By T.M. Powell

Director Richard Linklater is a master of the human story built with rich dialogue and fascinating characters who come to life on the screen in films like Boyhood and Dazed and Confused. His new directorial effort Last Flag Flying definitely displays the directors verbal style even if at times you’ll wish there was a little less talking and more action. Taking place in 2003, the film focuses on Vietnam veteran Larry ‘Doc’ Shepard played by Steve Carell who has suffered two painful losses in a row. His wife has recently passed away and now his only son has been killed serving his country in Iraq. Alone and confused, Doc tracks down two former Marines he served with in Vietnam played by Bryan Cranston and Laurence Fishburne. Doc asks his former friends to accompany him on trip to bury his son that is full of regret, reflection and a few laughs in an attempt to lighten the mood in Last Flag Flying.

The trio of Carell, Cranston and Fishburne display an amazing amount of chemistry as the former soldiers who haven’t seen each other in 30 years in Last Flag Flying. Bryan Cranston plays the loudmouth of the group portraying bar owner Sal Nealon who loves being the center of the universe. He’s rude, crude, but loyal to his buddies even if he can’t remember them at first when they show up to see him. Cranston’s obnoxious Sal plays well off of Fishburne’s Reverend Richard Mueller who is now a man of God leaving his wild soldier days behind him. The two former allies bicker at each other like an old married couple and are an entertaining duo to watch throughout Last Flag Flying.

Fishburne and Cranston have some solid moments throughout Last Flag Flying, but Steve Carell shines as the heartbroken father who doesn’t really know what to do next in his life. Carell delivers his most dramatic role to date in this film playing the quiet Doc who chooses to grieve over a road trip with his old pals who have now become strangers. It’s not a flashy role, but Carell gives an authentic performance as a man who has been broken by all the death that surrounds him. You feel just so bad for Doc even if you don’t agree with all the decisions and actions he is taking.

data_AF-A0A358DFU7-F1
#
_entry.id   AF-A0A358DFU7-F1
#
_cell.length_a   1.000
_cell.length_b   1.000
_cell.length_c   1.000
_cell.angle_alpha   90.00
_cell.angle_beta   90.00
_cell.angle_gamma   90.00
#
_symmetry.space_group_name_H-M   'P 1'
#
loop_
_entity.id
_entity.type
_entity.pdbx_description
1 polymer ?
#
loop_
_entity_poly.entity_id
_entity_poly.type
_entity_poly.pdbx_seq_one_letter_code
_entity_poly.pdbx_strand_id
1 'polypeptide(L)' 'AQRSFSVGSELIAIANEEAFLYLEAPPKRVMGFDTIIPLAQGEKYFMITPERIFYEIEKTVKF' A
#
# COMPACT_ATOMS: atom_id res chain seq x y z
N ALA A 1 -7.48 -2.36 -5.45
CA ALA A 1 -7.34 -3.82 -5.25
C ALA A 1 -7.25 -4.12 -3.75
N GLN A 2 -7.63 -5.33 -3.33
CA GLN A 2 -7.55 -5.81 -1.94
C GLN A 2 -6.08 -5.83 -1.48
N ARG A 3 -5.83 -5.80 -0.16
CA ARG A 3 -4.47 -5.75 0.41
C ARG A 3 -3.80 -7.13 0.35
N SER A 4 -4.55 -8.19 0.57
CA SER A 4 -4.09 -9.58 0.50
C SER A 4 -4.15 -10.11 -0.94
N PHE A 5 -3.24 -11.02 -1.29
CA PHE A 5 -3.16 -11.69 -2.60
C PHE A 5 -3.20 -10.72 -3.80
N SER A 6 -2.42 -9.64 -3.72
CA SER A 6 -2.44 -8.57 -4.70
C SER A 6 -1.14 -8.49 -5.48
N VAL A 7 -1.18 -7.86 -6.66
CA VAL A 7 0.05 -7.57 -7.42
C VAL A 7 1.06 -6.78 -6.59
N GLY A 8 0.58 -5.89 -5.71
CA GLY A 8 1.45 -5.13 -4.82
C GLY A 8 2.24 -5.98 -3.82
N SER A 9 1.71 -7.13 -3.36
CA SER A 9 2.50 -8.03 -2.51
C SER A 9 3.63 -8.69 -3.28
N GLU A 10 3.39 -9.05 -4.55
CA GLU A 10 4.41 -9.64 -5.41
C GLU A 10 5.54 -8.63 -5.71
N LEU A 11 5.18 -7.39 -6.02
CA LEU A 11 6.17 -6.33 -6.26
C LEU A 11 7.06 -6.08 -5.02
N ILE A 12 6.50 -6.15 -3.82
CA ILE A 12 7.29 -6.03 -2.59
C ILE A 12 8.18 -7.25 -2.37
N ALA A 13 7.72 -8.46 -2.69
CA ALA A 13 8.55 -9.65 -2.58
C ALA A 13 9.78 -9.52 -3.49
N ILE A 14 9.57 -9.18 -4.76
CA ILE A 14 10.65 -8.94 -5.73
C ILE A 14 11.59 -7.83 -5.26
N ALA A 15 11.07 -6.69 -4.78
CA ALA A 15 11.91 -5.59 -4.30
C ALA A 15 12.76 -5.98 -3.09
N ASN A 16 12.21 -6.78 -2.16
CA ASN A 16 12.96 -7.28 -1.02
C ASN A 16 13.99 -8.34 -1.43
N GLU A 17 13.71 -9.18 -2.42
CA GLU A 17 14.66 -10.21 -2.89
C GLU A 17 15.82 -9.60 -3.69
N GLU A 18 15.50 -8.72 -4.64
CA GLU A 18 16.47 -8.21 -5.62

It’s a good thing Last Flag Flying is anchored by the strong acting work from Carell and company, because at times the film definitely drags and gets sidetracked. The road trip seems to never end spinning its wheels with side stories involving renting a truck and cell phones. Last Flag Flying could have benefited from a reduced running time, because there is no denying the movie feels too long. Luckily the acting and important story about grief and the truth helps Last Flag Flying overcome the repetitive storytelling that slows down the film.

Overall, I give Last Flag Flying 2.75 out of 4 stars.

Follow T.M. on Twitter @tmpowellCW44 and become a fan on Facebook.

Read all of T.M.’s reviews HERE!

Comments

Leave a Reply

Fill in your details below or click an icon to log in:

Twitter picture

You are commenting using your Twitter account. Log Out / Change )

Facebook photo

You are commenting using your Facebook account. Log Out / Change )

Google+ photo

You are commenting using your Google+ account. Log Out / Change )

Connecting to %s

More From CW44 Tampa Bay

2 Broke Girls | 7 nights at 7Watch 7 nights at 7 on CW44!
DynastyFallon Carrington (Elizabeth Gillies) is charismatic, cunning, and poised to become the new COO of her father’s global energy empire – or so she thinks.
CW44's Social Media LinksClick the links below and hit FOLLOW!

Listen Live